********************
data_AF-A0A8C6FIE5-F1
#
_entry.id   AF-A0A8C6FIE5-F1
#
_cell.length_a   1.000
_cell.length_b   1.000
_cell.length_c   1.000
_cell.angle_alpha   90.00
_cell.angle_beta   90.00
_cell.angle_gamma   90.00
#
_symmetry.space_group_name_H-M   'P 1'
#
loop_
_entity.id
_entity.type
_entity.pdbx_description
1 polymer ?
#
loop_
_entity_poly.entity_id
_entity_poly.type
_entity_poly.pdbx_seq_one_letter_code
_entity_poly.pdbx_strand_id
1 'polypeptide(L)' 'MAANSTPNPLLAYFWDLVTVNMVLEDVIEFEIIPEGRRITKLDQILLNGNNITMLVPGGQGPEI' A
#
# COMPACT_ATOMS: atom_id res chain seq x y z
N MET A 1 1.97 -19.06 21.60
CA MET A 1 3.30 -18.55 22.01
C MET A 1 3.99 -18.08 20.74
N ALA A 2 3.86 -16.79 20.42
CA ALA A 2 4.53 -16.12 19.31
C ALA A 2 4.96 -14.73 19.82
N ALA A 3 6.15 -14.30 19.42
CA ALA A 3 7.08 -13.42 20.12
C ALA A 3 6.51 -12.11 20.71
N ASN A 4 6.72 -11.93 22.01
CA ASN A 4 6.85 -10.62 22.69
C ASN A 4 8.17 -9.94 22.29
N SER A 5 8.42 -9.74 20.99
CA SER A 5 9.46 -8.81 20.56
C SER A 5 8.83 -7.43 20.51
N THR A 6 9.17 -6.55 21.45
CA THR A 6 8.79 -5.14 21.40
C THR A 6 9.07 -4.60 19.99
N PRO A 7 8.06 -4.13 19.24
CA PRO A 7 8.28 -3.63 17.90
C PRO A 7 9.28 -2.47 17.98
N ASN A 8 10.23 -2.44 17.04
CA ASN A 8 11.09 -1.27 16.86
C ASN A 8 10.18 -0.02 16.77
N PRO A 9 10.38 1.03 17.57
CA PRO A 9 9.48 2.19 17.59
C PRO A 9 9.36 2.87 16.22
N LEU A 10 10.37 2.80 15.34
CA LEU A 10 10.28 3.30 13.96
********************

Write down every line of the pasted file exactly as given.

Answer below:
data_AF-A0A8C6FIE5-F1
#
_entry.id   AF-A0A8C6FIE5-F1
#
_cell.length_a   1.000
_cell.length_b   1.000
_cell.length_c   1.000
_cell.angle_alpha   90.00
_cell.angle_beta   90.00
_cell.angle_gamma   90.00
#
_symmetry.space_group_name_H-M   'P 1'
#
loop_
_entity.id
_entity.type
_entity.pdbx_description
1 polymer ?
#
loop_
_entity_poly.entity_id
_entity_poly.type
_entity_poly.pdbx_seq_one_letter_code
_entity_poly.pdbx_strand_id
1 'polypeptide(L)' 'MAANSTPNPLLAYFWDLVTVNMVLEDVIEFEIIPEGRRITKLDQILLNGNNITMLVPGGQGPEI' A
#
# COMPACT_ATOMS: atom_id res chain seq x y z
N MET A 1 1.97 -19.06 21.60
CA MET A 1 3.30 -18.55 22.01
C MET A 1 3.99 -18.08 20.74
N ALA A 2 3.86 -16.79 20.42
CA ALA A 2 4.53 -16.12 19.31
C ALA A 2 4.96 -14.73 19.82
N ALA A 3 6.15 -14.30 19.42
CA ALA A 3 7.08 -13.42 20.12
C ALA A 3 6.51 -12.11 20.71
N ASN A 4 6.72 -11.93 22.01
CA ASN A 4 6.85 -10.62 22.69
C ASN A 4 8.17 -9.94 22.29
N SER A 5 8.42 -9.74 20.99
CA SER A 5 9.46 -8.81 20.56
C SER A 5 8.83 -7.43 20.51
N THR A 6 9.17 -6.55 21.45
CA THR A 6 8.79 -5.14 21.40
C THR A 6 9.07 -4.60 19.99
N PRO A 7 8.06 -4.13 19.24
CA PRO A 7 8.28 -3.63 17.90
C PRO A 7 9.28 -2.47 17.98
N ASN A 8 10.23 -2.44 17.04
CA ASN A 8 11.09 -1.27 16.86
C ASN A 8 10.18 -0.02 16.77
N PRO A 9 10.38 1.03 17.57
CA PRO A 9 9.48 2.19 17.59
C PRO A 9 9.36 2.87 16.22
N LEU A 10 10.37 2.80 15.34
CA LEU A 10 10.28 3.30 13.96